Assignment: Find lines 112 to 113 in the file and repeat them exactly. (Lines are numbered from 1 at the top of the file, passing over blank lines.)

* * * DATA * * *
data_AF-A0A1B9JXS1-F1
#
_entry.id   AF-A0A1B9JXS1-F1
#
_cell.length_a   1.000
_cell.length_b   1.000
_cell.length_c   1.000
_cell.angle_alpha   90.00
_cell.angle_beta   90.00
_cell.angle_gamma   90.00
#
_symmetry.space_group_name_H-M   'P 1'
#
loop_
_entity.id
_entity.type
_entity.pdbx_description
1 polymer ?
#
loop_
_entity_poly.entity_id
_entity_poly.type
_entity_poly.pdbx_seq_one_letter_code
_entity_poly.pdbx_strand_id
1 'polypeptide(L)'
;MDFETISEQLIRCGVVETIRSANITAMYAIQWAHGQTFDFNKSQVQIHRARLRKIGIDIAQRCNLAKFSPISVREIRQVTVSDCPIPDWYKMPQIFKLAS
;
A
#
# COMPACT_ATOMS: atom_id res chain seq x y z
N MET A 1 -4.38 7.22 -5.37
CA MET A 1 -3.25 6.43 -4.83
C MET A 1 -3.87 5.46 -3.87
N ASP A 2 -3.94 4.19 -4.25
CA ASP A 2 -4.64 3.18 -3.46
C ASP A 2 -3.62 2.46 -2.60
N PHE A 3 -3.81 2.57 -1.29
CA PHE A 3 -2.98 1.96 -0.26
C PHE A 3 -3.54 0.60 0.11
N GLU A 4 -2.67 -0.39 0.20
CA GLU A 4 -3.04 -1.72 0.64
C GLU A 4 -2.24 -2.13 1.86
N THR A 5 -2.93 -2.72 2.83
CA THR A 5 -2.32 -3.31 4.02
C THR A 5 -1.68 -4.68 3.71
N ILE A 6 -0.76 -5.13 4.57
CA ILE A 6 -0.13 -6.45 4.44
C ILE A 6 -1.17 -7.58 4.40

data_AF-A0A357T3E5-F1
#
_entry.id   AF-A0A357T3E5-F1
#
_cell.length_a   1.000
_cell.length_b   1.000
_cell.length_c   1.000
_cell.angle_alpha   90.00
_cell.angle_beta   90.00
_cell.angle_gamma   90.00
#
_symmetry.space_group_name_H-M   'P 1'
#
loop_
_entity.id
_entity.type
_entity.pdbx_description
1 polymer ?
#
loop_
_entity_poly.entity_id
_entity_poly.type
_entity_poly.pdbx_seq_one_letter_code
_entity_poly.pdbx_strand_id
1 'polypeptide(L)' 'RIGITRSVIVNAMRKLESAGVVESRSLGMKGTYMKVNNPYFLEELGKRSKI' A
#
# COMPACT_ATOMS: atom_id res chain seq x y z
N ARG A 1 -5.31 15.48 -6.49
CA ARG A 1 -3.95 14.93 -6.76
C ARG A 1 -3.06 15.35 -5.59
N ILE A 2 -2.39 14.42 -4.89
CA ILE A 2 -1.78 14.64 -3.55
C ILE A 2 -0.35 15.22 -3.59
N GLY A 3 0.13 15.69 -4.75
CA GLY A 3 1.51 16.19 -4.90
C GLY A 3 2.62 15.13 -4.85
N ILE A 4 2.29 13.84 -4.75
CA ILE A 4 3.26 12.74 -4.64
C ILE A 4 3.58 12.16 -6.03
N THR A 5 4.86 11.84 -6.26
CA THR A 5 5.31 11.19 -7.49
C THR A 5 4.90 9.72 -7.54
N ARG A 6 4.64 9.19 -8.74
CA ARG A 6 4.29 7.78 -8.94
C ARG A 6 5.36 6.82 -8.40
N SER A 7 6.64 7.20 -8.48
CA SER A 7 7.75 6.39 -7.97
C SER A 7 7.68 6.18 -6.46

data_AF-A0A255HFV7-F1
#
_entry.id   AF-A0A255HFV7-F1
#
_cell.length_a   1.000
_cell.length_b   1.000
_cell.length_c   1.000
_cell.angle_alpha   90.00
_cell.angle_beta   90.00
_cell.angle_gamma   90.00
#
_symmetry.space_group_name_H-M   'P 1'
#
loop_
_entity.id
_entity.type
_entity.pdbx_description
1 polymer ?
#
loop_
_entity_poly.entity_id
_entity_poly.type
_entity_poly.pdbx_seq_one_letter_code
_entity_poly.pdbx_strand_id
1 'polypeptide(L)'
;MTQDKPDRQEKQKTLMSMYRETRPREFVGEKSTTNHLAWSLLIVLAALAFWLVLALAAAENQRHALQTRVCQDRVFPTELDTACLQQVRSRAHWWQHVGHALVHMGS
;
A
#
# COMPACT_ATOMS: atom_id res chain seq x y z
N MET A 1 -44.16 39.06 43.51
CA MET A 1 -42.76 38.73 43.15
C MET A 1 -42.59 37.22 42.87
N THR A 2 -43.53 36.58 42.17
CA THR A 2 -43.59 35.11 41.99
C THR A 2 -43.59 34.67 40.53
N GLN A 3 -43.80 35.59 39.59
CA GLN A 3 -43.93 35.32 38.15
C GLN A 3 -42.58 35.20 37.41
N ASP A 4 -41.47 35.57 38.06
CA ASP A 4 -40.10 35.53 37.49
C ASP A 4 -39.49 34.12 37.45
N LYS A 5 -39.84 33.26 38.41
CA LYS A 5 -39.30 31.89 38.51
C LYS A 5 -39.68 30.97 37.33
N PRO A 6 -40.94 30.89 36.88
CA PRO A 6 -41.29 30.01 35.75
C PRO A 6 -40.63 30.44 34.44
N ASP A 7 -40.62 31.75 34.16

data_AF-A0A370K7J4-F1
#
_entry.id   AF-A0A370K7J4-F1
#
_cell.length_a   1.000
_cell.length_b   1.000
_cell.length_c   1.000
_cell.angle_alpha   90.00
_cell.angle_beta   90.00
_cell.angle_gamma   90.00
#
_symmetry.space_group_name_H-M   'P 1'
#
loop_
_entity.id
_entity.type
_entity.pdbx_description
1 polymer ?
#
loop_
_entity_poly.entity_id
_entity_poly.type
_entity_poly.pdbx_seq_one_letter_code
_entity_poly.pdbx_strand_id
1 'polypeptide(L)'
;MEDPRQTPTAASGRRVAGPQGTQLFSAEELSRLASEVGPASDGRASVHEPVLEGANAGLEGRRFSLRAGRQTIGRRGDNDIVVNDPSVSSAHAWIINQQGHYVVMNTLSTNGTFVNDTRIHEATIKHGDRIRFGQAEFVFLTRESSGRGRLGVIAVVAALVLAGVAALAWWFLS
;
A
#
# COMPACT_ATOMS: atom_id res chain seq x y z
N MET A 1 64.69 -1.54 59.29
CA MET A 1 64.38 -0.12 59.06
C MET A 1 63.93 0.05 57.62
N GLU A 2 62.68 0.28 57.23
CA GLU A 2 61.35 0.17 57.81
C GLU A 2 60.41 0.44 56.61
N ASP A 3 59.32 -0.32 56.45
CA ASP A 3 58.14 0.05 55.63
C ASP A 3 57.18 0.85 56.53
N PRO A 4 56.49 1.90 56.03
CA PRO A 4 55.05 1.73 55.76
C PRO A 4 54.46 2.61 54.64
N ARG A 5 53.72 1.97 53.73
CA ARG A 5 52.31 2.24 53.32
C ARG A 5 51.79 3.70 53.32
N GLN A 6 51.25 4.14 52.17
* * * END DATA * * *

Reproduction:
_entity.type
_entity.pdbx_description